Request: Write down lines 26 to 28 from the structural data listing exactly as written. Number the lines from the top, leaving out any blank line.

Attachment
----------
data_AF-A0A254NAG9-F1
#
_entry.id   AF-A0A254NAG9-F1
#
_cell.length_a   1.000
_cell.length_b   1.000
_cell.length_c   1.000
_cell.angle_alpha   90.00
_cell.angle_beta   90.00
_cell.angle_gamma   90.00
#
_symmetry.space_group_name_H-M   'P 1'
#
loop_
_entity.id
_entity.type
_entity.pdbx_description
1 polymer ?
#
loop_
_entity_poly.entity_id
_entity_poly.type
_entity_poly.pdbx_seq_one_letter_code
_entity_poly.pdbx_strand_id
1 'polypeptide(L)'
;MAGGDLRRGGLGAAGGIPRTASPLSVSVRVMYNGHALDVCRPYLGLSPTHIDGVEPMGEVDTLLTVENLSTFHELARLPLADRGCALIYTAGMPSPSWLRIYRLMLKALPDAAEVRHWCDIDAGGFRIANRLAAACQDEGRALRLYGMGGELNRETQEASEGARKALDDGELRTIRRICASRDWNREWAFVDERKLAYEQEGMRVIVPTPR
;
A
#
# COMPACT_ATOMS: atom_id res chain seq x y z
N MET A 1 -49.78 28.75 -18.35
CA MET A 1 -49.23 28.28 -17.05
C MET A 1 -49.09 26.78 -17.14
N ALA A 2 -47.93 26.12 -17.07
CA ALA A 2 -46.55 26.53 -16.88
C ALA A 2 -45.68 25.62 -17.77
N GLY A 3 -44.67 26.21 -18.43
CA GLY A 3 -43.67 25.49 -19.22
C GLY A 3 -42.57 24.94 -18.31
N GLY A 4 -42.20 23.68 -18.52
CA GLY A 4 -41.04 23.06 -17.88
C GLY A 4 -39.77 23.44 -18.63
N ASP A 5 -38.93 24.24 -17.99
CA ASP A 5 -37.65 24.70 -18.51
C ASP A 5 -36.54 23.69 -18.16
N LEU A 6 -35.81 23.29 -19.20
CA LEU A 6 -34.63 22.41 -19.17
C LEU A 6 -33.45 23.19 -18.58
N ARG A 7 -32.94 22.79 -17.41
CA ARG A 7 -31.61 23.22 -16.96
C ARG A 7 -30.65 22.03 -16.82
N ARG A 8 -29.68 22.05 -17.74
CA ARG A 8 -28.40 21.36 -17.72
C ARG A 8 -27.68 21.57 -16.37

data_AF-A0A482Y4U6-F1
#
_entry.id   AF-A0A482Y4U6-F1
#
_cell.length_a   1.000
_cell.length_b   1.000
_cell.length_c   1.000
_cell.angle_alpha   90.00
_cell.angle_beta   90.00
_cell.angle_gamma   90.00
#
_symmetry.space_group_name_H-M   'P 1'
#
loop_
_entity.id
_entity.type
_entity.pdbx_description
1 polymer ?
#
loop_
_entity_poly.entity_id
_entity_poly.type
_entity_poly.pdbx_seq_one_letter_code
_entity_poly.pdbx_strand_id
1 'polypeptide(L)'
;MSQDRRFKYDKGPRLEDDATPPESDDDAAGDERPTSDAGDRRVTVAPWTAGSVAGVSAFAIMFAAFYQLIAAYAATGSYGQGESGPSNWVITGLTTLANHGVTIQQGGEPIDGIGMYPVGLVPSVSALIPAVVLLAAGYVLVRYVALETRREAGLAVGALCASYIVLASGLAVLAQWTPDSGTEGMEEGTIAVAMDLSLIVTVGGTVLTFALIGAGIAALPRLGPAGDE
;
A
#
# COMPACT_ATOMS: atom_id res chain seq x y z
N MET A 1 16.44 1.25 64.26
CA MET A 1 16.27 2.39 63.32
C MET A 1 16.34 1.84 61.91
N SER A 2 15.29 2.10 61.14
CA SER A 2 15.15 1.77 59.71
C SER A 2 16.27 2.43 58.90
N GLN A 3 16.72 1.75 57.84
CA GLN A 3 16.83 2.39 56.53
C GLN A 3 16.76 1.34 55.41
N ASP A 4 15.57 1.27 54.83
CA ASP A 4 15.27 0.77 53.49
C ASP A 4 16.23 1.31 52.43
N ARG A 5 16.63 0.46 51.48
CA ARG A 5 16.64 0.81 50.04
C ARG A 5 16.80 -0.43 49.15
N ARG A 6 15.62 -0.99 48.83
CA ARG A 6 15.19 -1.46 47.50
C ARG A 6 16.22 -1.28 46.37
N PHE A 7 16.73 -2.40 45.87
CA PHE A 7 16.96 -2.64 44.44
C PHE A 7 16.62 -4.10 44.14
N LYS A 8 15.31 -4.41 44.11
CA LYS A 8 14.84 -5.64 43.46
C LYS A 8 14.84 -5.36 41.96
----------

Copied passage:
;MAGGDLRRGGLGAAGGIPRTASPLSVSVRVMYNGHALDVCRPYLGLSPTHIDGVEPMGEVDTLLTVENLSTFHELARLPLADRGCALIYTAGMPSPSWLRIYRLMLKALPDAAEVRHWCDIDAGGFRIANRLAAACQDEGRALRLYGMGGELNRETQEASEGARKALDDGELRTIRRICASRDWNREWAFVDERKLAYEQEGMRVIVPTPR
;
A